The test is quite distinct from that applied in most European jurisdictions. According to Article 7: 453 of the Dutch Civil Code, for example, a healthcare provider shall exercise the level of care expected from a conscientious healthcare provider. At first sight, the two tests are virtually identical. In fact, there is a gulf between them. The standards of a “responsible body of medical men” are radically different from “conscientious healthcare providers,” because in the latter case it is the court which decides, not the medical colleagues, as in the first case (information courtesy of Ewoud Hondius).
Thus, whatever the jurisdiction, the three stages of a medical negligence claim are to establish:
A duty of care
The standard of care
It is important to note that it is the courts that decide whether an action or lack of an action is negligent. Doctors, as experts, do not decide negligence; we can only give our opinion on each of the three elements of a claim—i.e., was there a duty of care? Would a responsible body have made or undertaken this particular judgment or action or not? If not, did that action or lack of it cause the problem in question? It is the judge or the jury who decide negligence. In United Kingdom law (and in US, Australian, Canadian, and Indian law, among others), the standard of proof for medical negligence cases is on a “more-likely-than-not” basis—unlike the level set in criminal law, namely, “beyond all reasonable doubt.”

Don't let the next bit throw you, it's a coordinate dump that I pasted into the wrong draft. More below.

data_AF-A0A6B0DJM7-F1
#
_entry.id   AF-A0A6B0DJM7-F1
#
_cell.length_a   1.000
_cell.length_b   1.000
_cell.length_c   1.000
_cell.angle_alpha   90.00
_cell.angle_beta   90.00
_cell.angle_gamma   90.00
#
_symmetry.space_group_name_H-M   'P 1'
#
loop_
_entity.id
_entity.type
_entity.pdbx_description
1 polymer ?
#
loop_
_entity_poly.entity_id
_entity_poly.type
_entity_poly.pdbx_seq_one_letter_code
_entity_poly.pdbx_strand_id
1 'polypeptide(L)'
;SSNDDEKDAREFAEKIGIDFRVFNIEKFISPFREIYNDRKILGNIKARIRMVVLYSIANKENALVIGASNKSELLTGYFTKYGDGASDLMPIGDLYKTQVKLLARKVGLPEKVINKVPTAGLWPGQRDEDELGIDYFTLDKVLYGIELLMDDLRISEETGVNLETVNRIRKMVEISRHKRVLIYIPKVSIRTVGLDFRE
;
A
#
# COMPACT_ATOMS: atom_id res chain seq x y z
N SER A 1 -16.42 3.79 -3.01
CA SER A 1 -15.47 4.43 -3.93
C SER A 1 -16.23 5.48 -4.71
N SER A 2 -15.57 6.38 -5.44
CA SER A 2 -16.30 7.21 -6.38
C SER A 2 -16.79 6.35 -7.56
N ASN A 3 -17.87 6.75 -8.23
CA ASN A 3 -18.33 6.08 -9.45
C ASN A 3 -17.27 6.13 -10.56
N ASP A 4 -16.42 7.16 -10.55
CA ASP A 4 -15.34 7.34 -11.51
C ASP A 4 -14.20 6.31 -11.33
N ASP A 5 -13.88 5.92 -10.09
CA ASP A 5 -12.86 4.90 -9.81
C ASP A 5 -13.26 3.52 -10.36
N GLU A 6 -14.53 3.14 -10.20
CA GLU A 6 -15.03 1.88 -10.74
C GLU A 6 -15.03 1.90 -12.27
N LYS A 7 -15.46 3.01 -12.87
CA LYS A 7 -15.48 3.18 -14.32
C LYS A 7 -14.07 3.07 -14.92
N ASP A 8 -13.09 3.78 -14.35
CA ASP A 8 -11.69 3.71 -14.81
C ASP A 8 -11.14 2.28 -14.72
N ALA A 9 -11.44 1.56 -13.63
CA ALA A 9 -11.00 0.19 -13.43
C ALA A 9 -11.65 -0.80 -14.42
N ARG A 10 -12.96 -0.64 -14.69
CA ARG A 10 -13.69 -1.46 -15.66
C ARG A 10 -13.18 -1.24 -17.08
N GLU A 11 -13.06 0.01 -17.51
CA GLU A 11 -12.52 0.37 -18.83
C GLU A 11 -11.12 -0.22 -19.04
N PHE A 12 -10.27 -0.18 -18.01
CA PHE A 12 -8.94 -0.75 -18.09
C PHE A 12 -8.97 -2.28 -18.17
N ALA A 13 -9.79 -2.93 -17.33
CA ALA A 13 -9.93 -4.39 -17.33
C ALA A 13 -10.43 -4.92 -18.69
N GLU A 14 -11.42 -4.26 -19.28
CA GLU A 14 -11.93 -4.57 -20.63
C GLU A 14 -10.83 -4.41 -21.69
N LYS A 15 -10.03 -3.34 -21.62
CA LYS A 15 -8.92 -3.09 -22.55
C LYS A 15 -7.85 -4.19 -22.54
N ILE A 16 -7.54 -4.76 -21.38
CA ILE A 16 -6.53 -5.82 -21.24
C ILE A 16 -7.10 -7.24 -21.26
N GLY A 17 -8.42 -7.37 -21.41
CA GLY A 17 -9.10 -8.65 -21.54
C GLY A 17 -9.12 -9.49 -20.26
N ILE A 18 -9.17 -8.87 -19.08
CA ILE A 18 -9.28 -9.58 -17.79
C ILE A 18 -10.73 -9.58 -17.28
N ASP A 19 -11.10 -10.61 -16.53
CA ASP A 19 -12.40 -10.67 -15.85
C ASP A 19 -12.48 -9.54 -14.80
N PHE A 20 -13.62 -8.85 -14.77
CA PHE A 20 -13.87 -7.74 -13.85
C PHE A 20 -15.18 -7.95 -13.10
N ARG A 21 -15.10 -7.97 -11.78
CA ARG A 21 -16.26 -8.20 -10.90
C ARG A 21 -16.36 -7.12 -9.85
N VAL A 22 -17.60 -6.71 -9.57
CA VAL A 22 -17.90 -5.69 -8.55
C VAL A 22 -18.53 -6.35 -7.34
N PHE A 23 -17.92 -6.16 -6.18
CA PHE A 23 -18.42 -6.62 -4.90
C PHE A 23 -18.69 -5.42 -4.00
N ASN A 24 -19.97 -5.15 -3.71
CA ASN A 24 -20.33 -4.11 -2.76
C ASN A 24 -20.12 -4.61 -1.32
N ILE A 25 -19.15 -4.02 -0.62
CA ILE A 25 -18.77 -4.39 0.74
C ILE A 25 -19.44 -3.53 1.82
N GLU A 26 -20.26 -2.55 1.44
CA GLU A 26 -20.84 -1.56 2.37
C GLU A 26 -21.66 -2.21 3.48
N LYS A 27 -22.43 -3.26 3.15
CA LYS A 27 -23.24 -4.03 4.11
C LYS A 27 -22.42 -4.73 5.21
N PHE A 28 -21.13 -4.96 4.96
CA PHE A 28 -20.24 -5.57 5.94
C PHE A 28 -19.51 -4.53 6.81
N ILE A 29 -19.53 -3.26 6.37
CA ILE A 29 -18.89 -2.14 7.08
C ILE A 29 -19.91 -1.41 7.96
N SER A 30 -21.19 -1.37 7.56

Courts, not medical doctors, decide whether an action or lack of an action is medical negligence.
In a 2001 thesis entitled “The Economic Analysis of German Medical Malpractice Law,” Wieland outlines the different basis for the standard of proof in German medical law relative to UK law.11 To claim compensation for pain and suffering, a medical malpractice claim, like any other tort law claim, would be based on § 823 I of the German Civil Code (Bürgerliches Gesetzbuch, BGB): “a person who, intentionally or negligently, unlawfully injures the life, body, health, freedom, property or any other absolute right of another is bound to compensate for any damage arising therefrom.”
In addition, the courts have developed some principles on how to treat a particular type of malpractice. To be liable, the physician has to fulfill at least three conditions—i.e., firstly, he has to commit a malpractice; secondly, this malpractice has to cause a violation of the protected rights of the patient (e.g., a bodily harm); and thirdly, this violation of rights has to cause a damage for the patient (e.g., pain and suffering). These conditions have to be examined in detail.
In general, German tort law allocates the burden of proof to the plaintiff (claimant). He or she has to establish and prove the facts supporting the case, which is called “principle of full proof.” In medical malpractice cases, the plaintiff at least has to prove, firstly, the malpractice; secondly, the causal relation between the malpractice and the violation of life, body or health; thirdly, a damage; and fourthly, the causal relation between the violation of life, body, or health and the damage. Thus, difficulties arise for proof of negligence and especially for proof of the causal relations.